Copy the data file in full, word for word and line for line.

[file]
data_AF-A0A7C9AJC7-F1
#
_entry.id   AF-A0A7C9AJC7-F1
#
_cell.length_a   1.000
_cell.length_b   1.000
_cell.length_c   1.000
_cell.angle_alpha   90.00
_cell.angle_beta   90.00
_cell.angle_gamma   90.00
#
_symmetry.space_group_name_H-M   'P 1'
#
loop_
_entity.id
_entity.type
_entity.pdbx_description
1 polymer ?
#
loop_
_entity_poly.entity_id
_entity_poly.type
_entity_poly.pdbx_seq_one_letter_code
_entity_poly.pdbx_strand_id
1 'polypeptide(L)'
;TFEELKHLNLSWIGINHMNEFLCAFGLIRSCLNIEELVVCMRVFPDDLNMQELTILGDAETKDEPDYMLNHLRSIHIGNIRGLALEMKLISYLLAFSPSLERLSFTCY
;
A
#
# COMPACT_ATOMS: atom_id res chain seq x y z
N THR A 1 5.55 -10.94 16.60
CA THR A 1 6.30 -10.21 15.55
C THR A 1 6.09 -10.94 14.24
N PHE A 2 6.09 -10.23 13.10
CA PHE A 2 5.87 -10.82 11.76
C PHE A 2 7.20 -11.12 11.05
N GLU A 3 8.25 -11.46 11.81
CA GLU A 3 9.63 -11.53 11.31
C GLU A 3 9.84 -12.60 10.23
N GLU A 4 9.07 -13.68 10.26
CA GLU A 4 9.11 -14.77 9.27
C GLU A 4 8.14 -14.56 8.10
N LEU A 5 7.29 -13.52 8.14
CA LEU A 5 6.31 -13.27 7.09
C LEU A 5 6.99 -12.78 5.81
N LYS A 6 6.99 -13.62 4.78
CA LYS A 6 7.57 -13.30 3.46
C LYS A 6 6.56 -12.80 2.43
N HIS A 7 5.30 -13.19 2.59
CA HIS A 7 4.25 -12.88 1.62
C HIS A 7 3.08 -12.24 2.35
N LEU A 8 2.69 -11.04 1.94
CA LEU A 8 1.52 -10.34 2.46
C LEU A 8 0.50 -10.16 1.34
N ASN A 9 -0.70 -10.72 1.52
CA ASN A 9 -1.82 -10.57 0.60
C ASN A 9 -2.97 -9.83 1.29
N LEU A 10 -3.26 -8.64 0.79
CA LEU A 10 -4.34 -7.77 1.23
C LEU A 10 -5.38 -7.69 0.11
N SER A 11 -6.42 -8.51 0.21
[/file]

data_AF-A0A7C9AJC7-F1
#
_entry.id   AF-A0A7C9AJC7-F1
#
_cell.length_a   1.000
_cell.length_b   1.000
_cell.length_c   1.000
_cell.angle_alpha   90.00
_cell.angle_beta   90.00
_cell.angle_gamma   90.00
#
_symmetry.space_group_name_H-M   'P 1'
#
loop_
_entity.id
_entity.type
_entity.pdbx_description
1 polymer ?
#
loop_
_entity_poly.entity_id
_entity_poly.type
_entity_poly.pdbx_seq_one_letter_code
_entity_poly.pdbx_strand_id
1 'polypeptide(L)'
;TFEELKHLNLSWIGINHMNEFLCAFGLIRSCLNIEELVVCMRVFPDDLNMQELTILGDAETKDEPDYMLNHLRSIHIGNIRGLALEMKLISYLLAFSPSLERLSFTCY
;
A
#
# COMPACT_ATOMS: atom_id res chain seq x y z
N THR A 1 5.55 -10.94 16.60
CA THR A 1 6.30 -10.21 15.55
C THR A 1 6.09 -10.94 14.24
N PHE A 2 6.09 -10.23 13.10
CA PHE A 2 5.87 -10.82 11.76
C PHE A 2 7.20 -11.12 11.05
N GLU A 3 8.25 -11.46 11.81
CA GLU A 3 9.63 -11.53 11.31
C GLU A 3 9.84 -12.60 10.23
N GLU A 4 9.07 -13.68 10.26
CA GLU A 4 9.11 -14.77 9.27
C GLU A 4 8.14 -14.56 8.10
N LEU A 5 7.29 -13.52 8.14
CA LEU A 5 6.31 -13.27 7.09
C LEU A 5 6.99 -12.78 5.81
N LYS A 6 6.99 -13.62 4.78
CA LYS A 6 7.57 -13.30 3.46
C LYS A 6 6.56 -12.80 2.43
N HIS A 7 5.30 -13.19 2.59
CA HIS A 7 4.25 -12.88 1.62
C HIS A 7 3.08 -12.24 2.35
N LEU A 8 2.69 -11.04 1.94
CA LEU A 8 1.52 -10.34 2.46
C LEU A 8 0.50 -10.16 1.34
N ASN A 9 -0.70 -10.72 1.52
CA ASN A 9 -1.82 -10.57 0.60
C ASN A 9 -2.97 -9.83 1.29
N LEU A 10 -3.26 -8.64 0.79
CA LEU A 10 -4.34 -7.77 1.23
C LEU A 10 -5.38 -7.69 0.11
N SER A 11 -6.42 -8.51 0.21